CM . . . . Volume XIX Number 3 . . . . September 21, 2012
It would hard for any child to grow up in the shadow of an older sibling. Younger children may feel jealous of their sibling or have feelings of inadequacy, but what if your older sister was the future Queen of England? Would you still feel the same way, knowing that the weight of the world will soon be on her shoulders?
Princess Margaret Rose had an idyllic childhood. She is happy, growing up with her older sister, Princess Elizabeth, nicknamed "Lilibet", and her father and mother, the King and Queen of England, plus the countless palace staff who serve them. Hers is a life of privilege, of yacht rides and theatre outings, of sparkling parties and family holidays.
Although this book is subtitled Her Royal Highness Elizabeth Windsor 1939, and the cover has a picture of Princess Elizabeth in her Auxiliary Service uniform, do not be fooled! Wartime Princess is the fictional diary of Margaret, who is eight-years-old when the diary begins in 1939. The reader learns about the young Princess Elizabeth through the eyes of her adoring little sister. Margaret sees her sister as an obedient child with a strong sense of duty to her parents and her country. Compared to Elizabeth, Margaret is the lighthearted, funny one who often leaves her sister exclaiming, "Don't be so silly, Margaret!" There are only a few times when Margaret mentions her jealously of Elizabeth, such as when Elizabeth is allowed to do something that Margaret is not, but Margaret is quick to justify and understand her circumstance because Elizabeth is a Very Important Person.
Margaret's world is turned upside down at the outbreak of World War II. She is suddenly thrown into a world of evacuee children, German doodlebug bombs and rationing. The war and events that happen in London as a result of the war are not explained in great detail. Margaret knows that there is a bad man who is at war with her father, and she learns about the destruction of buildings in London through palace staff, but the story seems sheltered. At one point, Margaret confesses that there must be so much worse going on than she will ever know, and, because Margaret is the author of the diary, the reader is left wondering what it could be.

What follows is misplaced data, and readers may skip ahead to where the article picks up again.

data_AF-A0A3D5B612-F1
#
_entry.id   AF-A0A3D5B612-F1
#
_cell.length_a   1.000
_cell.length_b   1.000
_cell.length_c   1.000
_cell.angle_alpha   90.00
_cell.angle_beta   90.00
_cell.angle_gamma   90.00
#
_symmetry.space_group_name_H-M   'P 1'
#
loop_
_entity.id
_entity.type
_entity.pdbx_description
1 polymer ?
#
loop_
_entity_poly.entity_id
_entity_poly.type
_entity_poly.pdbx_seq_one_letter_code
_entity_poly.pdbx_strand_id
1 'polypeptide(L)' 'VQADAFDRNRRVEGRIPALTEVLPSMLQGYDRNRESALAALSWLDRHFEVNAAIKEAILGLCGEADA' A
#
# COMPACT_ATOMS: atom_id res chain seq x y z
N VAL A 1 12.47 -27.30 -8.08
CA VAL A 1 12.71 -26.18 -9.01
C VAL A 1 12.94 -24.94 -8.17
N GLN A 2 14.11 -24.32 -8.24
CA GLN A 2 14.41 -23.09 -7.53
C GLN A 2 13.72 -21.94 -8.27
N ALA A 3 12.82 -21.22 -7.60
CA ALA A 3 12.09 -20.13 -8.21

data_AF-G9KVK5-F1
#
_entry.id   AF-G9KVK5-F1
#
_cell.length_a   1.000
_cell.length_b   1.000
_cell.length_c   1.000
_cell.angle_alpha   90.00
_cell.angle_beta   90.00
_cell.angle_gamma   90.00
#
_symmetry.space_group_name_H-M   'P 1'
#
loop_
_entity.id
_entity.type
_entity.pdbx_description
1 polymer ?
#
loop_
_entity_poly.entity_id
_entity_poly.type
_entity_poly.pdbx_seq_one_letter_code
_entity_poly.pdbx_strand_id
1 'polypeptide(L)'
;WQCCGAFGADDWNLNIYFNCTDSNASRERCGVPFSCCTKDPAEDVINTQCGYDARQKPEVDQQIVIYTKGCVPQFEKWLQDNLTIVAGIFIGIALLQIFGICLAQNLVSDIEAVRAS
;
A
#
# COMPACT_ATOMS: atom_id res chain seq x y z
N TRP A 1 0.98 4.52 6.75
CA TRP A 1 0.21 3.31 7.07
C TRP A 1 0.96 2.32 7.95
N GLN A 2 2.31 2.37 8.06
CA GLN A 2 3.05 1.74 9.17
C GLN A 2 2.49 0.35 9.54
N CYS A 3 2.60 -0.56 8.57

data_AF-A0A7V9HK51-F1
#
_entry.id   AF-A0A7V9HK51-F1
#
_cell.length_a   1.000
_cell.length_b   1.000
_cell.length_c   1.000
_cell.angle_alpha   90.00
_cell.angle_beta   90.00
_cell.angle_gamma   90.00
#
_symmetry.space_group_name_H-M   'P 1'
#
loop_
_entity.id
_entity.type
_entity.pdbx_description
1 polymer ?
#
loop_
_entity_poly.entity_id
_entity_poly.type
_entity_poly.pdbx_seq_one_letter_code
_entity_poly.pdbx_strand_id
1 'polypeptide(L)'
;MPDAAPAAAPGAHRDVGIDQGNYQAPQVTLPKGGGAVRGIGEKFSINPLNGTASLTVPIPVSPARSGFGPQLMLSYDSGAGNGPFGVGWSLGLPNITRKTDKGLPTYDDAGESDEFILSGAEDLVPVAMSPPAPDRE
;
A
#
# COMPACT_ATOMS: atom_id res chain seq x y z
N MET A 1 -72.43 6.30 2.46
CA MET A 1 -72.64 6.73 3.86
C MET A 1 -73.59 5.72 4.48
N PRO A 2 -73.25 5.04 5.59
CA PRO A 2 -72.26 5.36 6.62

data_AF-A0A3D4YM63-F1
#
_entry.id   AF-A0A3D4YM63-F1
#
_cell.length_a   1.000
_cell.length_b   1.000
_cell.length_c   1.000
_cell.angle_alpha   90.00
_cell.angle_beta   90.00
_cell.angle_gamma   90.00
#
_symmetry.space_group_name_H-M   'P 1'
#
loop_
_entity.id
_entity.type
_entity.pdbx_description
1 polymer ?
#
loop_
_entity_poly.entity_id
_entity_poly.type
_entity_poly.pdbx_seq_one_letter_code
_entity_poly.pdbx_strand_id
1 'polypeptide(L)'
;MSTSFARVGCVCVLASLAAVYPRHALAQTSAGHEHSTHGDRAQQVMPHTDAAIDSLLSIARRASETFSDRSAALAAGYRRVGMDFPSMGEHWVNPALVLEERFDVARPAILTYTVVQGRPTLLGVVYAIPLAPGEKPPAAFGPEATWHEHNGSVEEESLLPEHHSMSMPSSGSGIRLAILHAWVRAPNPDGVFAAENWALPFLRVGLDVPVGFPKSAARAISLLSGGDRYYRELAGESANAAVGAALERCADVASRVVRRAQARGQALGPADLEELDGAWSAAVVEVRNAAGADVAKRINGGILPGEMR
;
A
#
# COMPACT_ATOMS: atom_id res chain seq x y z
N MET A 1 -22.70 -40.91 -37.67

Against the backdrop of war is the story of the unlikely romance between Elizabeth and Prince Philip of Greece. Margaret describes how happy Elizabeth is each time she receives a letter from Philip who is stationed with the British Navy. However, because this aspect of the story is told from Margaret's point of view and Elizabeth is a carefully guarded character, the reader learns quickly that Elizabeth is infatuated with the young naval officer, but her inner feelings are left unknown.
Told through a diary format in which each short entry is dated (excluding the year), Margaret's voice does not appear to grow, change or develop. Her last diary entry reads the same as the first, and the reader might find it confusing how quickly the diary moves through the course of five years.
A brief afterword introduces readers to what happened to the Royal Family after the diary ends, and this section includes five full-page photographs, many which illustrate an event Margaret mentions in her diary. This book, part of the "My Story" series, is a good introduction to Queen Elizabeth's childhood and the relationship she had with Margaret.
Recommended with reservations.
Gillian Green, a children's librarian in Woodstock, ON, is an avid royal watcher.
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other reproduction is prohibited without permission.
Copyright © the Manitoba Library Association. Reproduction for personal use is permitted only if this copyright notice is maintained. Any other reproduction is prohibited without permission.